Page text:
Mr Rick Allen, of Stainburn Close, Worcester, has sent us powerfully descriptive extract from his grandfather's Word War One diary, telling of the destruction of the ancient town of Ypres and running the gauntlet of 'Hellfire corner.'

John Harwood Wilson was born and lived in Wolverhampton. After enlisting in July, 1914 he became a Corporal in the Royal Army Medical Corps, 3rd North Midland Field Ambulance, 46th Division, and was promoted to Sergeant during 1915. 

He was posted to Luton where he received most of his training until March 1915. On March 4th, 1915, he set sail for France, into active service; he was billeted and stationed variously in France and Belgium between 1915 and 1919.

The entry is dated 1st July 1915.


A pleasant route march in the morning. Two wells were dug for a supply of water for washing as all that is available is a dirty green pond far from pleasant.

At night my one ambition was satisfied, that of seeing remains of Ypres its famous Cloth Hall, & the horseshoe formation of the line.

It is almost beyond any description save a heap of ruins. Gaunt black walls, street after street are what remain of once peaceful homes. The Hall & Cathedral walls & tower are partially standing, but they are burnt out. The magnificent architectural beauty has been destroyed, never to be replaced.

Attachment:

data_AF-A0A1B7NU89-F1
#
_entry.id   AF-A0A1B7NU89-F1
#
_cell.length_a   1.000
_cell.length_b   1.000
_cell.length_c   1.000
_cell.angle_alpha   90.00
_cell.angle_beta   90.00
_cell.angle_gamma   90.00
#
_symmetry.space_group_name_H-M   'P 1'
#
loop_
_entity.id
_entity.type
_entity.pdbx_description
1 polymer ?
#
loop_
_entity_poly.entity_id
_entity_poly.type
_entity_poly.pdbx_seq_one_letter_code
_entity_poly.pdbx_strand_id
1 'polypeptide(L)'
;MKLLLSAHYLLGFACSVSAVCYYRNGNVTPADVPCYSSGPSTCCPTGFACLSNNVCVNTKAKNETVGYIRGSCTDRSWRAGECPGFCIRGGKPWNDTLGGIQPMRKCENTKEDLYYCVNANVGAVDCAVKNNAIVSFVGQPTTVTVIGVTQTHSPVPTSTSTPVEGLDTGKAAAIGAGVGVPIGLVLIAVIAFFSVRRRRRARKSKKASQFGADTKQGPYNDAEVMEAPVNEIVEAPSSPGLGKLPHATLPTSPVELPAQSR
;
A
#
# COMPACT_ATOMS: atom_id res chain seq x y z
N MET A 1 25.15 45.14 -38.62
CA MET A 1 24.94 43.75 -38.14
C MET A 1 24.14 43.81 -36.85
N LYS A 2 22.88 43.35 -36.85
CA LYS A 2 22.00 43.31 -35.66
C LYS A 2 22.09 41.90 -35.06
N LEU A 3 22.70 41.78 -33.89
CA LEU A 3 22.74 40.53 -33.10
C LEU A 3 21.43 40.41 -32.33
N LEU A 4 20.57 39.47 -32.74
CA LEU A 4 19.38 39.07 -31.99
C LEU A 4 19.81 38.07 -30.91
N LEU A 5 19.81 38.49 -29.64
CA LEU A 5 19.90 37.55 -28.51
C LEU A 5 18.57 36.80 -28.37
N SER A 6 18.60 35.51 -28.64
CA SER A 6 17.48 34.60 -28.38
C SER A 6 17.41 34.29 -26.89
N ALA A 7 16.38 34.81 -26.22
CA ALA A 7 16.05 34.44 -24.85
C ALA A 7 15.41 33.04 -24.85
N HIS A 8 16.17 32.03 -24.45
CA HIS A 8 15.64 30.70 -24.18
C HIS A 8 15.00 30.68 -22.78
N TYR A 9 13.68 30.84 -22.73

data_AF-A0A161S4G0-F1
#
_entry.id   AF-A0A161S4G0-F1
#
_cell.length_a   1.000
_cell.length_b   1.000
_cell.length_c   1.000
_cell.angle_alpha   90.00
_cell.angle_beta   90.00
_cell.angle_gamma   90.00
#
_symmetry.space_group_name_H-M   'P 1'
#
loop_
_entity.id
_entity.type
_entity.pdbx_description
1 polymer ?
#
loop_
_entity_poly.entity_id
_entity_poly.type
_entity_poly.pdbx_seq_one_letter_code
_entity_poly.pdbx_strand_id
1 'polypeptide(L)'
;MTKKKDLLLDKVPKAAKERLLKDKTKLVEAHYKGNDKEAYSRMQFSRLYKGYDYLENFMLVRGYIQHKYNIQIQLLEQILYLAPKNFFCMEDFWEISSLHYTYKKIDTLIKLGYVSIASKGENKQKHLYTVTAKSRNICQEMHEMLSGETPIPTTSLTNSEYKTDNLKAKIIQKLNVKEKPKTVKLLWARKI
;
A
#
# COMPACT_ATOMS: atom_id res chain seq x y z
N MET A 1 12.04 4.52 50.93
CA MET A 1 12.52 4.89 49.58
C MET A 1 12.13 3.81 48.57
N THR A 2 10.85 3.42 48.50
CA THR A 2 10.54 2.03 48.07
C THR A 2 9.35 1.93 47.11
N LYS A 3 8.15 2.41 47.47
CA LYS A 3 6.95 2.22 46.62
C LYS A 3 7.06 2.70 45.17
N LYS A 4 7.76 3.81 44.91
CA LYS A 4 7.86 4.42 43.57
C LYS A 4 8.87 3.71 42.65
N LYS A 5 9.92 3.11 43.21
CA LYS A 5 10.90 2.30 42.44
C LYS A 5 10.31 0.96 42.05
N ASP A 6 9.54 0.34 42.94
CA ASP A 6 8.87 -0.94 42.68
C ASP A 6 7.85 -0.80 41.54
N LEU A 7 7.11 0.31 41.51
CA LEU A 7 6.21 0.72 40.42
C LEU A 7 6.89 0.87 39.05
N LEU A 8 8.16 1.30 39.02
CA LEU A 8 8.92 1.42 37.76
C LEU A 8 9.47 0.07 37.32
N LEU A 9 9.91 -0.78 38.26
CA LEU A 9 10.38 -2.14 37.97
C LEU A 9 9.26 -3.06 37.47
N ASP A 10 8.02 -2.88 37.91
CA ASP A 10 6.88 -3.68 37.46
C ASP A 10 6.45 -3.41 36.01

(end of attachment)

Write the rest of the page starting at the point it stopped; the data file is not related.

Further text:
A little further on is what was once a quiet & pretty cemetery. Now monuments are topsy turvy, graves have been blown open, & the whole is one indescribable chaos. The bridge over the Yser canal has been blown up & replaced by a pontoon from what I could see of it. 

A fire was raging just behind the Cathedral. The reflection in the sky could be seen for miles. Further on trees had been blown down & were lying all over the road. The cars stop & our walk up to the toe of the horseshoe commences.

What pretty & powerful illuminations are these star shells which go up every two or three seconds lighting up the battlefield with ghastly effect.

One might almost be led to think I was at home watching a firework display, but a bang behind & a ping over his head breaks the reverie. What a stench!! Ah there lies a dead horse. Let's get a move on out of it.

We reach the dump, the edge & shelter of a copse after many more 'pings'& passing galloping transports returning to safety. We have now walked a mile at least. The groans of the wounded reach us & in a few minutes we are carrying them back to the cars. 

More pings, more shells over head, a duck of the head now & again, a stumble over a loose telegraph wire, a few rests, (for a man hangs heavy on a stretcher), a bit more of the stench from the open plain full of trenches, shell holes & unburied bodies, a feeling at the pit of the stomach like when you go up or down in a lift for the first time, a sort of uncertainty as to what is coming next, & we reach the cars.

All right mate? Full up? Yes? Right away! Whirr goes the engine, off we go fast.

Hell fire corner in Ypres after jolting in a few shell holes & we are at the Advanced Dressing Station in about an hour where the patient is redressed & passed on to a Clearing Hospital.

A cup of hot tea, something to eat & bed. It is 2 to 3 a.m. dawn is breaking, the larks are up & singing & as you lie down you think, Have I been dreaming or is there a war on somewhere close by?